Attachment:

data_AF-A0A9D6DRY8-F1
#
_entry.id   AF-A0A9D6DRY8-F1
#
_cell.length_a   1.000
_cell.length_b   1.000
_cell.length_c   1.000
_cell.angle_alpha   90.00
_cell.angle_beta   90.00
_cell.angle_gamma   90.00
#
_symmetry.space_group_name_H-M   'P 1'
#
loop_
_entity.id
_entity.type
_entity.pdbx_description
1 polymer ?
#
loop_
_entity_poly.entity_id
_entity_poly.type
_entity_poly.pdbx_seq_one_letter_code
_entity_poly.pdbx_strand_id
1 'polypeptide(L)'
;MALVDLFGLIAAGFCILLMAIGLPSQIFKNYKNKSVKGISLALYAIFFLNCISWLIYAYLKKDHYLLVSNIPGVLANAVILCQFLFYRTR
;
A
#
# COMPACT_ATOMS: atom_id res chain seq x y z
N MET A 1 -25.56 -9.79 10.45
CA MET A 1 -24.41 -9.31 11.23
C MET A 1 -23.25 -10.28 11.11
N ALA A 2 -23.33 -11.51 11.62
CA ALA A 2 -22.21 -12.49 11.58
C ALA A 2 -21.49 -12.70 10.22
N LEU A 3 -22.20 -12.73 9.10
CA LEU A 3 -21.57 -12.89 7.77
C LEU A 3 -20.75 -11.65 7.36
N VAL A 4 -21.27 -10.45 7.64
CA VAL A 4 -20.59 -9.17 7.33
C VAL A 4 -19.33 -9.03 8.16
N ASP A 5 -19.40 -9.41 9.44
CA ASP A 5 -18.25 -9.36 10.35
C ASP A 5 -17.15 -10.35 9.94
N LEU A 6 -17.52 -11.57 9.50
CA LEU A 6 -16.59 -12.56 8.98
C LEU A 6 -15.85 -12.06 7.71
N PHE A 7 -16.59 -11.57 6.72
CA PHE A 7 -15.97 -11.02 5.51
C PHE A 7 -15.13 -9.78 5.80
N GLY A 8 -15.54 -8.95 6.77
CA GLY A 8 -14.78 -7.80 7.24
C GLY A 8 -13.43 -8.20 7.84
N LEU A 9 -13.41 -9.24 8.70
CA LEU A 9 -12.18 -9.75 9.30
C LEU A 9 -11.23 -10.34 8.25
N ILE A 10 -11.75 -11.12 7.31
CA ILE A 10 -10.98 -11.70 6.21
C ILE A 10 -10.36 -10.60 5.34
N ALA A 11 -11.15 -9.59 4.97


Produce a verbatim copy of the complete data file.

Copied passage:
data_AF-A0A9D6DRY8-F1
#
_entry.id   AF-A0A9D6DRY8-F1
#
_cell.length_a   1.000
_cell.length_b   1.000
_cell.length_c   1.000
_cell.angle_alpha   90.00
_cell.angle_beta   90.00
_cell.angle_gamma   90.00
#
_symmetry.space_group_name_H-M   'P 1'
#
loop_
_entity.id
_entity.type
_entity.pdbx_description
1 polymer ?
#
loop_
_entity_poly.entity_id
_entity_poly.type
_entity_poly.pdbx_seq_one_letter_code
_entity_poly.pdbx_strand_id
1 'polypeptide(L)'
;MALVDLFGLIAAGFCILLMAIGLPSQIFKNYKNKSVKGISLALYAIFFLNCISWLIYAYLKKDHYLLVSNIPGVLANAVILCQFLFYRTR
;
A
#
# COMPACT_ATOMS: atom_id res chain seq x y z
N MET A 1 -25.56 -9.79 10.45
CA MET A 1 -24.41 -9.31 11.23
C MET A 1 -23.25 -10.28 11.11
N ALA A 2 -23.33 -11.51 11.62
CA ALA A 2 -22.21 -12.49 11.58
C ALA A 2 -21.49 -12.70 10.22
N LEU A 3 -22.20 -12.73 9.10
CA LEU A 3 -21.57 -12.89 7.77
C LEU A 3 -20.75 -11.65 7.36
N VAL A 4 -21.27 -10.45 7.64
CA VAL A 4 -20.59 -9.17 7.33
C VAL A 4 -19.33 -9.03 8.16
N ASP A 5 -19.40 -9.41 9.44
CA ASP A 5 -18.25 -9.36 10.35
C ASP A 5 -17.15 -10.35 9.94
N LEU A 6 -17.52 -11.57 9.50
CA LEU A 6 -16.59 -12.56 8.98
C LEU A 6 -15.85 -12.06 7.71
N PHE A 7 -16.59 -11.57 6.72
CA PHE A 7 -15.97 -11.02 5.51
C PHE A 7 -15.13 -9.78 5.80
N GLY A 8 -15.54 -8.95 6.77
CA GLY A 8 -14.78 -7.80 7.24
C GLY A 8 -13.43 -8.20 7.84
N LEU A 9 -13.41 -9.24 8.70
CA LEU A 9 -12.18 -9.75 9.30
C LEU A 9 -11.23 -10.34 8.25
N ILE A 10 -11.75 -11.12 7.31
CA ILE A 10 -10.98 -11.70 6.21
C ILE A 10 -10.36 -10.60 5.34
N ALA A 11 -11.15 -9.59 4.97